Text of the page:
“New York City politics is fascinating not only because it binds many interests together in intimate conflict,” John Mollenkopf wrote in his 1994 book A Phoenix in the Ashes, “but because the stakes are so high.”
Mayor de Blasio’s state of the city address on Tuesday night indicated he felt the same way. As he introduced his 10-point plan to reinvigorate democratic participation in the city, the mayor said, “We better understand a proud nation our mission is one of restoration. We must re-democratize a society that is losing its way.”
Mollenkopf, a distinguished professor of political science and sociology and the director of the Urban Research Center at the CUNY Graduate Center, has studied New York City politics since 1972 and is the author or editor of 18 books. In 2013, he was a leading voice in “Toward a 21st Century City for All,” an analysis of the city’s condition after the Bloomberg years and a vision for the de Blasio era.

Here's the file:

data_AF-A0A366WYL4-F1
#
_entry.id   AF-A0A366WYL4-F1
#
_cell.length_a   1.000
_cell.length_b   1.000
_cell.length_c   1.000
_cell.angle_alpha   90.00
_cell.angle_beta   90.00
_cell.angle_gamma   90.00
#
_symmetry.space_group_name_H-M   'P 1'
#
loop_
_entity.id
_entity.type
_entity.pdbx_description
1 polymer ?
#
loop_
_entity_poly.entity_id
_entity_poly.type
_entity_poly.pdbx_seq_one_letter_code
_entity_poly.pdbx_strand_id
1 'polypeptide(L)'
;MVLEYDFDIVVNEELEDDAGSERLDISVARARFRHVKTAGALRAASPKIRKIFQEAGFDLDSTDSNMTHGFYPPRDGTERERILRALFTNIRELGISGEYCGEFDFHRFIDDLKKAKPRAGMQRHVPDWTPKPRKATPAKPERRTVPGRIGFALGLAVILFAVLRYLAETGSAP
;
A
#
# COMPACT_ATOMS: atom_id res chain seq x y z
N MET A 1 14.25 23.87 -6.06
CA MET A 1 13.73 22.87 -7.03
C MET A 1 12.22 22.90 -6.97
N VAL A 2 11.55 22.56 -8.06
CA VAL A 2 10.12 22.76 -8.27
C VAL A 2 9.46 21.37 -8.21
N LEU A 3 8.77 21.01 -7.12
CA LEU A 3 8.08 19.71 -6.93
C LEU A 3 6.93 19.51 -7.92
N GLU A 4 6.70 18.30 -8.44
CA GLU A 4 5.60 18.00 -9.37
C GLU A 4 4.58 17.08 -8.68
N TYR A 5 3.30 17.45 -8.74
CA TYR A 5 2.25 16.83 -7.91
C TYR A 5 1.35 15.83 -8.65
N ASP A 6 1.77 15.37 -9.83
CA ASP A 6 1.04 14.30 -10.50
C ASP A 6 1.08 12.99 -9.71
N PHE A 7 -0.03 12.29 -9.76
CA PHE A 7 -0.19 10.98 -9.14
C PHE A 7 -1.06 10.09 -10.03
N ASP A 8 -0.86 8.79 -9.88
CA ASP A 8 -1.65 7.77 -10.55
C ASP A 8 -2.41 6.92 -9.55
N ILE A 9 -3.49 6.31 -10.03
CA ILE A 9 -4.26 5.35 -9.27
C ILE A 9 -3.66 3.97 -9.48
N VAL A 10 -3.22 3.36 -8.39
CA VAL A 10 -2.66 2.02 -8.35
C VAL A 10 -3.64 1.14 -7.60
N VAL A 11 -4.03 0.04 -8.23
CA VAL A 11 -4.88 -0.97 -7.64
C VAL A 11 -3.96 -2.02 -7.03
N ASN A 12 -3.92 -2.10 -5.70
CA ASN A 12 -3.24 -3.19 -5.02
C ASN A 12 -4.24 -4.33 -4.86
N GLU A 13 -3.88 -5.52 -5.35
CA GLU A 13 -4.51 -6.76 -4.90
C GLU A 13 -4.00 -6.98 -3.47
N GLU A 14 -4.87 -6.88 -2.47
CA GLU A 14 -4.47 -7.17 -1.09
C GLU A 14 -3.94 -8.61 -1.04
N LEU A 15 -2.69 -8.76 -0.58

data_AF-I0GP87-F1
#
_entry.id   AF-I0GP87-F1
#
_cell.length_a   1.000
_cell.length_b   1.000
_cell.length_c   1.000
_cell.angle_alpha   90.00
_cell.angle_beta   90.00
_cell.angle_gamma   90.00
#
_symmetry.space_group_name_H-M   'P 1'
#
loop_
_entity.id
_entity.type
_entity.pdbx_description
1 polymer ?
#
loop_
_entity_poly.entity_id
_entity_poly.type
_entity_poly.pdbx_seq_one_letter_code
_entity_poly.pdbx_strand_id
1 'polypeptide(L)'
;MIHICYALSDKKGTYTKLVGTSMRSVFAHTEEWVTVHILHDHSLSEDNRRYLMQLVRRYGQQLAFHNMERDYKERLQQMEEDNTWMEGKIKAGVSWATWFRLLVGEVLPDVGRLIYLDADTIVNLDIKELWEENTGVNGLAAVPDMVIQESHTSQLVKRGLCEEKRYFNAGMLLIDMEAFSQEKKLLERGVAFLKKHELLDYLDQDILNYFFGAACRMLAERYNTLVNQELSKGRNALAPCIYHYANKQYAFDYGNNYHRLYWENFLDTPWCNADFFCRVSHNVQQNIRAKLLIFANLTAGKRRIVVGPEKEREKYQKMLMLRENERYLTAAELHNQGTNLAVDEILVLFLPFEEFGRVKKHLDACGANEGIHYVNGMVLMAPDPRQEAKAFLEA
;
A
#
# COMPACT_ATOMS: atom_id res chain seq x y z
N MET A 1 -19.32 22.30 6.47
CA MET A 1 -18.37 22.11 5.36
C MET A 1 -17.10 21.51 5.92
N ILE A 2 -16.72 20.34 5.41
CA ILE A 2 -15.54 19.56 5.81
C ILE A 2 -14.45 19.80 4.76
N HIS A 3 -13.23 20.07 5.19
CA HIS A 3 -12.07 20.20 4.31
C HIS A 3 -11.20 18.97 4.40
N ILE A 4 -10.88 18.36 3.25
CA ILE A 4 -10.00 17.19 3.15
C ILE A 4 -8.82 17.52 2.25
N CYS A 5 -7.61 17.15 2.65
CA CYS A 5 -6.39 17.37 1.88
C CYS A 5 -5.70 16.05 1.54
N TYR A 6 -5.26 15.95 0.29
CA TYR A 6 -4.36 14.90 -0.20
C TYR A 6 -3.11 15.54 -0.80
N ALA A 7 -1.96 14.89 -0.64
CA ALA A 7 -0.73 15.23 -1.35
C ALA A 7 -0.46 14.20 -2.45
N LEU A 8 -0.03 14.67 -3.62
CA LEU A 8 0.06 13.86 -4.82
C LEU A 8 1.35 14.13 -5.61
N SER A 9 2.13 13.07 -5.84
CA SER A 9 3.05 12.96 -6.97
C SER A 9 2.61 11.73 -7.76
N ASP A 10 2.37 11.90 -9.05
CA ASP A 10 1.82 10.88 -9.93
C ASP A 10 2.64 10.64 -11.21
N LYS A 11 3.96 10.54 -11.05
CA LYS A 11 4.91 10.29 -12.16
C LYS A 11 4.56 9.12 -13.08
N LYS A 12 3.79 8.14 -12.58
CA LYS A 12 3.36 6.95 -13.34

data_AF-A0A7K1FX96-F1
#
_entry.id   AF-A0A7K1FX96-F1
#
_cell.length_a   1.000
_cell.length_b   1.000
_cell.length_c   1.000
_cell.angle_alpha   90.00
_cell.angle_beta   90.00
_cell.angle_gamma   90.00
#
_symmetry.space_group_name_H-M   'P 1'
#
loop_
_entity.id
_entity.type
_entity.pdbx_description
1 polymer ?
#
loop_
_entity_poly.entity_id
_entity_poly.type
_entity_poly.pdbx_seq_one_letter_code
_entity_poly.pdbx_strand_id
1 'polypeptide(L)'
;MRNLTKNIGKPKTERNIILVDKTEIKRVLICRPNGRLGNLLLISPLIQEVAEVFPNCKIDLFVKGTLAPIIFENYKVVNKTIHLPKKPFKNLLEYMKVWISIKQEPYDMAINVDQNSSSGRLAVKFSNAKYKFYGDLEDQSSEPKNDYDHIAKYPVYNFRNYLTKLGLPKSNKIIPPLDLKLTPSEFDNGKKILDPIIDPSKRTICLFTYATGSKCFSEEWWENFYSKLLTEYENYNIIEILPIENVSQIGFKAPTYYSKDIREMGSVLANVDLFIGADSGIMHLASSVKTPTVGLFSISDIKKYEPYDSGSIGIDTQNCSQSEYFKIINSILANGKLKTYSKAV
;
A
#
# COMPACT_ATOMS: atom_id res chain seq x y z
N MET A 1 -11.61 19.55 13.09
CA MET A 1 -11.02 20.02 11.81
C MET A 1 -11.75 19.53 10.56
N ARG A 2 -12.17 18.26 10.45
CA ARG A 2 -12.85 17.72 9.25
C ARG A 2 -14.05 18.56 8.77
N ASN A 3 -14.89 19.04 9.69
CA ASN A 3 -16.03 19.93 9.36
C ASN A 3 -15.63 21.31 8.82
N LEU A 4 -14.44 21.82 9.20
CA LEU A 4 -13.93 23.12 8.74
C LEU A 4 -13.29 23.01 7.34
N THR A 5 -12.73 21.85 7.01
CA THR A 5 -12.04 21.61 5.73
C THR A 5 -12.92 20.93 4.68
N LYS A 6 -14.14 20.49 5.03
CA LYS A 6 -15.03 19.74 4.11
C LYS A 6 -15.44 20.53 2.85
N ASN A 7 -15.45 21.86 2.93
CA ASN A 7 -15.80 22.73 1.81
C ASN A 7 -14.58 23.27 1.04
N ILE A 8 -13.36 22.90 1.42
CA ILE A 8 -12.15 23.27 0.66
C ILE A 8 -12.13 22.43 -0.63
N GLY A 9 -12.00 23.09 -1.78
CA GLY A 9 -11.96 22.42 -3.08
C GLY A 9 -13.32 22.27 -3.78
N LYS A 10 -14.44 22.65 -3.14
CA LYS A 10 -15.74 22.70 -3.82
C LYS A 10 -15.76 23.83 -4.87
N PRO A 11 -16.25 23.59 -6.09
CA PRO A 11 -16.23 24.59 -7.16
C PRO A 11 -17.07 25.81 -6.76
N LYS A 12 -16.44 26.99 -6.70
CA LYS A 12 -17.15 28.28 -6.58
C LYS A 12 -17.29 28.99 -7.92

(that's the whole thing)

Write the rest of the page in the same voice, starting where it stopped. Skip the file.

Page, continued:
He spoke with the Max & Murphy podcast about the mayor’s speech, his decision to emphasize democratic participation as his top second-term goal, and some of the specific policy choices—on public financing, ballot access, term limits, partisan elections and more—that the mayor’s promised charter-revision commission might face.
A key theme: That democratic competition is what’s most lacking in the city’s elections. Uncontested races, the lack of any real Republican party to challenge Democratic dominance, low-turnout elections in which a handful of voters decide who gets to make important decisions for the city—these are symptoms and causes of the problems de Blasio’s effort is setting out to solve.
Hear our talk below: